Household lubricant: Used cooking oil is an effective lubricant that can be used for many things around the house from squeaking hinges to troublesome locks. Used cooking oil also helps prevent rust on metal surfaces and objects such as tools.
Key lock lubricant: If your key regularly sticks in the locks in your home, spreading some cooking oil on your key will prevent it from sticking.
Lamp oil: If you have an oil lamp in your home, you can use your used cooking oil to fuel the lamp.
Furniture polish and conditioner: If you have wood furniture in your home that looks dull or scratched, used cooking oil can be used to polish and restore the look of the wood. Make a mixture that is equal parts used cooking oil and vinegar and use it to polish your wood furniture.
Leather preservative: Used cooking oil can also be used to soften and preserve your leather furniture.
Rattan and wicker furniture protector: Rattan and wicker furniture is vulnerable to cracking. Rubbing some used cooking oil onto the surface of rattan and wicker furniture with a soft cloth will help keep it protected from cracks.
Removing paint from your hands: Paint is one of the hardest things to wash off if it gets on your hands. You can remove paint from your hands easier with used oil. Rub some used oil on your hands and let it sit for 5 minutes, then wash your hands and the paint will come off.
Soap making: Lye soaps can be made using used cooking oils. There are instructions available online as well as books about how to make lye soap if you are interested in soap making.
Hair moisturizer: Used vegetable oil can by used to condition and moisturize your hair. Heat up half a cup of oil so it is about room temperature and massage it into your hair. Shampoo and rinse your hair to remove the oil.
Pot and pan protector: Rubbing some used cooking oil on the surface of new pots and pans can help keep them protected. Wash your new pots and pans before you use them and rub some used oil on the surface.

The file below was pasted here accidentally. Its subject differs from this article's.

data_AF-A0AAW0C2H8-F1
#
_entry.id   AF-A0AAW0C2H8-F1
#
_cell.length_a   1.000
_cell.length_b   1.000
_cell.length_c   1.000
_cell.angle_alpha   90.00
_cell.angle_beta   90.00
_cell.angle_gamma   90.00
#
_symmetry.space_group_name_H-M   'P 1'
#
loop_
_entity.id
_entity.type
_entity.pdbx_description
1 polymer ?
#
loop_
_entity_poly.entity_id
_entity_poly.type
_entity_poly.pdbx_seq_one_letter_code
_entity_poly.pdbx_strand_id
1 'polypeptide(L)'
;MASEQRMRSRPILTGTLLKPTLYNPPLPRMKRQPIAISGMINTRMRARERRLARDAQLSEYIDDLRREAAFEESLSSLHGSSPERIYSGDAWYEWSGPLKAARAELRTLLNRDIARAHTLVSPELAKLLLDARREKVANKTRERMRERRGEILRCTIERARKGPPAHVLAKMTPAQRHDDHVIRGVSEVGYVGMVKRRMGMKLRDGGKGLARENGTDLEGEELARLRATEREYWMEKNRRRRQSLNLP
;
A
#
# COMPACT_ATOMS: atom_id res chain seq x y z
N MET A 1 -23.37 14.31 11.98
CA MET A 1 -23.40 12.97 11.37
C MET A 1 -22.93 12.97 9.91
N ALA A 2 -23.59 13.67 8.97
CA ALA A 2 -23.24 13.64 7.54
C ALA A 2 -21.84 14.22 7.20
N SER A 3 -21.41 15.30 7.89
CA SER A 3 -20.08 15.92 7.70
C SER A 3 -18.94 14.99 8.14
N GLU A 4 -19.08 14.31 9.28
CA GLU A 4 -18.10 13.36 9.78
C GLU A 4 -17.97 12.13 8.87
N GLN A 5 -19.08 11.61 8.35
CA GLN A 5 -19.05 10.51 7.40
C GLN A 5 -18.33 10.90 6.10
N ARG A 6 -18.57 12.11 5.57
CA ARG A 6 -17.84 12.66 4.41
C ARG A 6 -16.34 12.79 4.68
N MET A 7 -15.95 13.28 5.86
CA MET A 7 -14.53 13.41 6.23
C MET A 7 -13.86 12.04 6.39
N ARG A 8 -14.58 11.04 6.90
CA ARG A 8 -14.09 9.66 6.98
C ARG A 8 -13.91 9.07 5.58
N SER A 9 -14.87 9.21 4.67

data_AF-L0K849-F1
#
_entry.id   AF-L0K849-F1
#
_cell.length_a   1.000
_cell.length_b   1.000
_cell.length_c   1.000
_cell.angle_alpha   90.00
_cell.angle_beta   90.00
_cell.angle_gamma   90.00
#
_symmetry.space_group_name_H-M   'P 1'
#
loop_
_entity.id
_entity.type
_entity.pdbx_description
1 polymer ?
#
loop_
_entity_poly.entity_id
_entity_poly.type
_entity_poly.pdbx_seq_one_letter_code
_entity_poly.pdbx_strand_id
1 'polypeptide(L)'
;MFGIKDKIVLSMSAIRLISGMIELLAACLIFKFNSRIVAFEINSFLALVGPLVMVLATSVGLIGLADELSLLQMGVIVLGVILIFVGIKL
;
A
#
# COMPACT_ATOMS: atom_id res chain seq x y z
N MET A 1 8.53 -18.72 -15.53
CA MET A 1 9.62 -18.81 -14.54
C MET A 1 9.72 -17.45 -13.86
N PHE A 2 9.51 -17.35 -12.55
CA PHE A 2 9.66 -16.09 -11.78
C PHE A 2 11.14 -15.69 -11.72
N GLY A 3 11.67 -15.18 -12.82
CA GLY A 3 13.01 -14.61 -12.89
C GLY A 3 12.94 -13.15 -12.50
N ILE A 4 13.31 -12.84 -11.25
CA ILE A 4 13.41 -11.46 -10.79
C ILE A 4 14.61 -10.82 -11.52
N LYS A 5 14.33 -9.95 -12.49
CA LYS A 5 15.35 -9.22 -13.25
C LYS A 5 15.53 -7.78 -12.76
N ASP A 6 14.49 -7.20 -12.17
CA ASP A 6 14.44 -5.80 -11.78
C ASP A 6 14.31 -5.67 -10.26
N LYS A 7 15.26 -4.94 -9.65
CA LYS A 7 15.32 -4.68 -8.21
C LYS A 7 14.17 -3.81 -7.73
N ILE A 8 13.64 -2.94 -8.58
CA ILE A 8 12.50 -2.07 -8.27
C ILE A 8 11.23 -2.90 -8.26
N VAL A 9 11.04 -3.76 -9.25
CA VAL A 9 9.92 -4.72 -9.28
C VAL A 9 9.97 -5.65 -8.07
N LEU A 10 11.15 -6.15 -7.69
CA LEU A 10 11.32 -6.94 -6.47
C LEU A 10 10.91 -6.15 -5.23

Non-stick gardening tools: Soil and grass can stick to gardening tools like shovels, trowels, and lawnmower blades. Coating these tools with used cooking oil will prevent grass and dirt from sticking to them.
Car cleaner: Used cooking oil can be used to remove tough dirt and debris from any surface of your car including the brakes and the body. Put a little bit of cooking oil on a rag or paper towel and wipe the affected areas. Used cooking oil can effectively remove dirt, grime, pollen, bugs, and other gunk.
Composting: If you have a compost pile, adding used vegetable oil to the pile can help. Adding small amounts of used vegetable oil will feed the worms that help with the composting process. Make sure you only use vegetable oil because animal-based oils will attract nuisance animals and cause pathogens to form.
Animal feed: Used cooking oil can be used as animal feed in a number of different ways. You can drizzle some used oil on the food for your dog or cat which will improve the taste for them and keep their coats shiny. You can also mix some oil in with the bird seed in your bird feeder.
Biodiesel fuel: Used cooking oil can be used to produce biodiesel fuel once it has been processed. There are kits available that can help you convert used cooking oil into biodiesel fuel, but this is best done by professionals who can process the oil for biodiesel production.
There are so many effective uses for used fryer oil, whether it is animal-based or vegetable oil, which makes it one of the most reusable products in your home. The one thing you should never do with used cooking oil is dispose of it by putting it in the trash or washing it down the drain. In home kitchens, you can make this adjustment very easily by saving your cooking oil in a jar and using it for these various alternative uses.
Sorry I should have added more info, I'm mainly talking about the small quantities left over after cooking a meal. For instance last I have about 1 L of sunflower oil left over from tempura from last night. I am thinking about small quantities up to 2L. I guess i'm was hoping to hear how other people deal with their cooking oils to avoid dumping it, things like :
We fried a turkey and had gallons of used oil. I strained it and used it in stir fry for the entire year. Oil from tempura should be reusable. If you use it too often it changes chemically...that’s bad, but if it didn’t burn you can use in cooking items where it gets consumed. Just label it as used once, strain it very well and store in cool dark place to extend its life. I might not use it for salads, but to sauté or stir fry it’s perfect.
I have always had dramas reusing it when it had fine particulates mixed through. I think google/Ebay was listening to my conversation with my wife and started advertising this 'oil can of sorts' which helps with that, needless to say I bought it and it has been pretty good. On occasion I have still filtered it through a coffee filter for that really fine particulates. I have been tending to use it once or twice then giving it to the compost or dogs which works great. Thanks for the tips with that.